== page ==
Navigating Pregnancy Loss with the Help of Ring Theory
*If you feel your loss is affecting you to the point of mental instability or you’re noticing significant changes in your behavior, please do not hesitate to talk to a mental health professional or ask for help*
Emily Nagoski, PhD and healthy relationships researcher, says “Emotions are tunnels. You have to go all the way through the darkness to get to the light at the end.” If you are grieving a miscarriage, the tunnel of raw emotion can feel so long that light isn’t even visible to your eye.
What do you do in that awful in-between stage of grief that overshadows even the most basic of daily tasks? How do you support a friend or family member going through this kind of loss?
For the grieving person, reaching out can seem like an insurmountable task. That’s where Ring Theory comes in.
What is Ring Theory?
Ring Theory is a practical tool developed by clinical psychologist Susan Silk to help the circle of friends, family, and acquaintances comfort the grieving person.
Silk developed the theory in the aftermath of her breast cancer diagnosis, seeing a need in her own life for a way to clarify the question: who is processing grief and who is providing comfort?
The answer to that question is, actually, everyone involved in the loss. But in order to provide comfort and space in a way that serves everyone, there has to be a method to both the processing of grief and the providing of comfort.
Ring Theory is especially helpful for people who are grieving pregnancies because that specific loss can be so difficult to put into words. How do you articulate a loss that held so much hope for your future? A loss that will stay with you if you decide to try again?
Practical Application for the Support System
One of the most frustrating and draining situations a grieving person can find themselves in is the need to comfort the person who they are communicating their grief to.
When you’re informed of a loss, it’s very likely that you’ll be affected on some level by this news as a long-time friend, coworker, or someone generally close to the situation. There’s nothing wrong with being sympathetic, empathetic, emotional, or anything in between, especially when taking in difficult information. At the same time, it’s important to remember that at the center of this news is the person who it affects the most whether it’s a mother who has lost her child or a child who has lost their parent. There is always an epicenter to grief, and Ring Theory points us toward that person.
This next part is very important: should you find the need to discuss your feelings or verbally process what’s going on, do not move toward the epicenter of the rings. Grief should always be processed outward as to not further burden the person at the center of the loss. Take your feelings, hurts, grievances, and so on to the people in the outer rings who are farther away from the situation so you can have some comfort as well. That’s where the phrase “comfort in, process out” comes from.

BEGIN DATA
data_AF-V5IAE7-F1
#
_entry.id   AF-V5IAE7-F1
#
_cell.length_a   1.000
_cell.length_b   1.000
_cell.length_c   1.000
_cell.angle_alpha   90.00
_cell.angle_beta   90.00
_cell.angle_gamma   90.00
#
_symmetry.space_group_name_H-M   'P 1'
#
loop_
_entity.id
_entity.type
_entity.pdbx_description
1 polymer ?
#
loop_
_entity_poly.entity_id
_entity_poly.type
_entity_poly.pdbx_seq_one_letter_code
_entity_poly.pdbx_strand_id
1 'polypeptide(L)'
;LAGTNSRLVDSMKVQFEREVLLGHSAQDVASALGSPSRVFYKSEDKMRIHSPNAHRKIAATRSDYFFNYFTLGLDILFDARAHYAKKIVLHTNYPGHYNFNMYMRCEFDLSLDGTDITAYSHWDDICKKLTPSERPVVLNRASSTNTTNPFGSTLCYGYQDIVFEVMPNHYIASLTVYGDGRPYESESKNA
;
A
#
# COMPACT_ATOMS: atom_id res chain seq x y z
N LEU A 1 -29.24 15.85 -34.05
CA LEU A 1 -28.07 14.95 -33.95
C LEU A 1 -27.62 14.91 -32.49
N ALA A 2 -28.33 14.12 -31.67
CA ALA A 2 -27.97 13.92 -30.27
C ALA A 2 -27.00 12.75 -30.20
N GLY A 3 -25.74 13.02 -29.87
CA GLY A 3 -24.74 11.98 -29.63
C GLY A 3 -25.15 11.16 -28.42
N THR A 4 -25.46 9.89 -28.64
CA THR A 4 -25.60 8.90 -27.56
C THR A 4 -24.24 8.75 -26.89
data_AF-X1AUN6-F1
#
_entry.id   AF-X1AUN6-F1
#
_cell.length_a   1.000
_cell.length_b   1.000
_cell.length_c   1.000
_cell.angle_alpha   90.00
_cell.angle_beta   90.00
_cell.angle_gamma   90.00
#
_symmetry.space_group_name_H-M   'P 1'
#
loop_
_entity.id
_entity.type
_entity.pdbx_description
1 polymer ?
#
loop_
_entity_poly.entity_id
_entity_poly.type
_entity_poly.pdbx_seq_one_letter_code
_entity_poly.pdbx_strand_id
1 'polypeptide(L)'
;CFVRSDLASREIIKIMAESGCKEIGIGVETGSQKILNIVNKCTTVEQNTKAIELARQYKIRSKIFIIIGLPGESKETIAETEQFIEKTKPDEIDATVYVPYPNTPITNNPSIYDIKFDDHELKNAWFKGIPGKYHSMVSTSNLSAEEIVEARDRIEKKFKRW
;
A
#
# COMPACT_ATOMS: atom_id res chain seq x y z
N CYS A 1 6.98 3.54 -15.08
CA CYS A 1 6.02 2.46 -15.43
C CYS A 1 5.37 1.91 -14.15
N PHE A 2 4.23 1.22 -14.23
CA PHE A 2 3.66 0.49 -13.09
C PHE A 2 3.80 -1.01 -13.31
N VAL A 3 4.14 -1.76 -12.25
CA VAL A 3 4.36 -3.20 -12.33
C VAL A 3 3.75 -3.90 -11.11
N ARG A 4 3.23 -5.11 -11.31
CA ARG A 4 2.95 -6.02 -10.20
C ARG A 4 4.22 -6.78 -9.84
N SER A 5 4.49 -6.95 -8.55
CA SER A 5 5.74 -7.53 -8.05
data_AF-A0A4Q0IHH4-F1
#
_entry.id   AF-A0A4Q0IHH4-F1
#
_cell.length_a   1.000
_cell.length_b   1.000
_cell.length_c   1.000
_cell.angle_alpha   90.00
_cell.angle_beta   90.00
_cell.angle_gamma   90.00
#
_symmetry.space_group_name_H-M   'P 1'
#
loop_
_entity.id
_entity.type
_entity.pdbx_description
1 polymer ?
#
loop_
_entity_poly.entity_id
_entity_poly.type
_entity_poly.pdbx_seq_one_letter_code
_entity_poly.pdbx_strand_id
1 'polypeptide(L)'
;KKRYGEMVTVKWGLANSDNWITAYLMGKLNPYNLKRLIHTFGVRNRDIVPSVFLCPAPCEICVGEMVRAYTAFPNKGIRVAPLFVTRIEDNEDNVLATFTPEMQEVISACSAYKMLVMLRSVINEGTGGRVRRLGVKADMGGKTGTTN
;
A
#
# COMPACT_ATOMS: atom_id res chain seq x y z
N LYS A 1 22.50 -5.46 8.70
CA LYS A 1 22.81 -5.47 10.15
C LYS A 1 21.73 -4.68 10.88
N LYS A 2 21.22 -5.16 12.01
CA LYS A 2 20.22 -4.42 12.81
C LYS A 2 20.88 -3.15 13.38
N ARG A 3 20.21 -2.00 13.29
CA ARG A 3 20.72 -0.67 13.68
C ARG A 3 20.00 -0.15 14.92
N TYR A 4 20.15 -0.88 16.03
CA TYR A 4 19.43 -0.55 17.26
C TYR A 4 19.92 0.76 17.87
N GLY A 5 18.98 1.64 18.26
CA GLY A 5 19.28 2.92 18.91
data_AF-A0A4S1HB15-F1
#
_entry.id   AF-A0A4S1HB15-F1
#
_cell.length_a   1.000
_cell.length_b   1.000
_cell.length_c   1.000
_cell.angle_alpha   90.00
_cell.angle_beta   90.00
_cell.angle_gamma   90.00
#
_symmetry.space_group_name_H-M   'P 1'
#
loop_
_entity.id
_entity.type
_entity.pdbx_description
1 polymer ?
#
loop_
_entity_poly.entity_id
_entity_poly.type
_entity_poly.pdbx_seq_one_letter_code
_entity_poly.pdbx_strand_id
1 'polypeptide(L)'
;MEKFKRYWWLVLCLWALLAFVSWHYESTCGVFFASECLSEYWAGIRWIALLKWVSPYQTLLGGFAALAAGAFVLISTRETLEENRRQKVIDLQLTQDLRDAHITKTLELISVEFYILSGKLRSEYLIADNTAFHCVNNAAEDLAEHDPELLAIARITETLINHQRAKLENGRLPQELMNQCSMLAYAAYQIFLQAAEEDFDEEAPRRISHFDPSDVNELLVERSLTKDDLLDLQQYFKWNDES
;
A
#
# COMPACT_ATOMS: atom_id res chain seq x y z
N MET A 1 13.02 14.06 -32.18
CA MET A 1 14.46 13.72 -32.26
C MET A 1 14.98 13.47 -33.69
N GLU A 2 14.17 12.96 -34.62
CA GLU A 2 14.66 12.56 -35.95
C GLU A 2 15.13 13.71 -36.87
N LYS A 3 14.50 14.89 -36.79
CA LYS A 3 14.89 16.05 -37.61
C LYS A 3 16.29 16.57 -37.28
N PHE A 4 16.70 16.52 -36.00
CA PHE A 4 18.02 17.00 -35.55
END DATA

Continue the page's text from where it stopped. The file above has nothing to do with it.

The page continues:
Practical Application for the Grieving Person
If you have a moment, find a piece of paper and draw a few rings like the ones shown in the visual above. Take a deep breath and begin to fill in some names of the people who are your most immediate in the first ring. Then, in the second ring, fill in some names of people who will know of your loss but who you feel less close to. Use the labels in the visual as a guide to fill in the blanks. This should give you an idea as to who your core people are; the ones who are going to walk closely with you through this.
Our biggest piece of advice through this is that boundaries have to be clearly stated, so if you’re beginning to feel like the people in your support system are coming to you with their grievances, don’t hesitate to remind them that their pain isn’t something you can take on in addition to your own. Direct them to the outer rings (or to the previous section of this article!)
A Parting Word
There is no wrong way to navigate the loss of your pregnancy within the context of your community. Every part of this experience is raw, revealing, and deeply human, as you well know. Feelings surrounding loss can be some of the most difficult to verbalize, but when you feel ready to share your experience we hope that this tool will help you along your path to healing.